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Hughes' managed SD-WAN supports range of broadband access options

Hughes now offers managed SD-WAN, which supports wireless, fiber and satellite connectivity. Also, an IHS Markit survey reveals 2016 SDN expectations didn't meet the actual numbers.

In SDN news, Hughes Network Systems announces its latest managed SD-WAN service, which supports satellite connectivity; an IHS Markit survey reveals the pace of SDN adoption; and VeloCloud cites strong growth figures for 2016.

Hughes announces managed SD-WAN services

Hughes Network Systems LLC is the latest to jump on the managed SD-WAN bandwagon, offering a service that supports satellite broadband, in addition to cable, fiber and cellular connectivity.

SD-WAN allows companies to use a combination of links, like MPLS, T1, broadband or -- as Hughes also offers -- satellite to connect their remote offices. Satellite broadband, although rated at speeds below those offered by cable or other wired technologies, is attractive to companies that must connect offices not accessible by wired networks. 

The managed SD-WAN benefits Hughes listed include cloud-readiness, increased performance, network flexibility, higher application availability, cost savings and security management. Hughes Managed SD-WAN joins HughesON, the vendor's other networking offerings, intended for a range of industry verticals like retail, restaurant, financial services and government.

IHS Markit survey shows room for SDN growth

SDN deployment in the data center is moving slower than anticipated, leaving the vendor market wide open. According to IHS Markit's 2016 Data Center SDN Strategies Service Provider Survey, SDN reality didn't meet deployment expectations, with only a portion of companies pledging to roll out SDN in 2016 actually doing so. IHS' 2015 survey found 60% of respondents expected to put SDN in production last year, but only 22% did. At the same time, of the 89% of respondents expecting to begin lab testing in 2016, only 67% followed through.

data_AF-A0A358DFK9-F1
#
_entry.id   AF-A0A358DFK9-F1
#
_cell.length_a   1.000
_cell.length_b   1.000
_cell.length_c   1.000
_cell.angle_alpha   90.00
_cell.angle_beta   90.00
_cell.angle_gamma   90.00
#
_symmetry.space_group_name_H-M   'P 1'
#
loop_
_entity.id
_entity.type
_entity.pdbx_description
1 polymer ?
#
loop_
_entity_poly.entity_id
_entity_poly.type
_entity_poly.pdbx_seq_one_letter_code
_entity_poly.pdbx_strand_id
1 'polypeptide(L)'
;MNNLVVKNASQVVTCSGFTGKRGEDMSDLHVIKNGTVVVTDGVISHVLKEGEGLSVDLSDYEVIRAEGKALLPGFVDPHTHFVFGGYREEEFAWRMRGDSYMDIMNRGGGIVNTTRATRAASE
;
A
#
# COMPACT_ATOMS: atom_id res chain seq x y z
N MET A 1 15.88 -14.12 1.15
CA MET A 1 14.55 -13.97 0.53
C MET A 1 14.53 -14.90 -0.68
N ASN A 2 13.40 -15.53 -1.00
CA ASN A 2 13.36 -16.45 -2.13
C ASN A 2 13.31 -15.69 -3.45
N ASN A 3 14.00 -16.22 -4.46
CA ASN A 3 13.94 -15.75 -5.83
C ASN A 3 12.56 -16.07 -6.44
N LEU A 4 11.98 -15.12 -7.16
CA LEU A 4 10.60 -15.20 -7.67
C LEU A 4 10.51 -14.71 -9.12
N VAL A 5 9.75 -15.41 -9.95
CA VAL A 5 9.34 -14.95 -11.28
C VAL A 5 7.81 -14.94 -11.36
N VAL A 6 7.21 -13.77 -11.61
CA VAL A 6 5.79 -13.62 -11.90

Cisco and Juniper Networks, meantime, were rated the top SDN software and hardware vendors. Seventy-two percent picked Cisco, while Juniper received 39% of respondents' answers. Cisco's version of SDN, Cisco Application Centric Infrastructure, is based on its Nexus 9000 series physical switches. Juniper offers OpenContrail, a software strategy based on a centralized controller and a virtual network overlay, with a virtual router.

Finally, the report showed deployment of bare-metal Ethernet switch ports remained stagnant -- at 33% of the data center market. About 24% of bare-metal switch ports, however, are used for SDN purposes. IHS forecasted the percentage of bare-metal Ethernet switch ports in data centers will top 41% by 2018.

VeloCloud numbers point to increased SD-WAN interest

VeloCloud Networks Inc. announced it has picked up around 600 customers -- encompassing approximately 50,000 deployed sites -- for its Cloud-Delivered SD-WAN service. The SD-WAN startup said sales grew eight times from 2015 levels, reflecting the market's increased interest in SD-WAN technologies.

In addition, 2016 was also an eventful year for VeloCloud in terms of partnerships and deals. VeloCloud chalked up managed SD-WAN service deals with AT&T, Sprint, Mitel and Windstream, adding those companies to existing deals it had in place with Vonage, MetTel and EarthLink.

VeloCloud's sales and deals with service providers mirror the strong growth trends the SD-WAN market realized throughout 2016, and it can expect to see this year as well. Service providers and vendors are partnering together to provide comprehensive SD-WAN offerings to their respective customers. Additionally, as more enterprises look to migrate their applications and services to cloud platforms, SD-WAN is viewed as a tool that can make that transition easier, while enabling more efficient traffic routing and increased performance for services in the cloud.

Next Steps

Satellite connectivity is a WAN option

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Cisco ACI vs. Juniper OpenContrail

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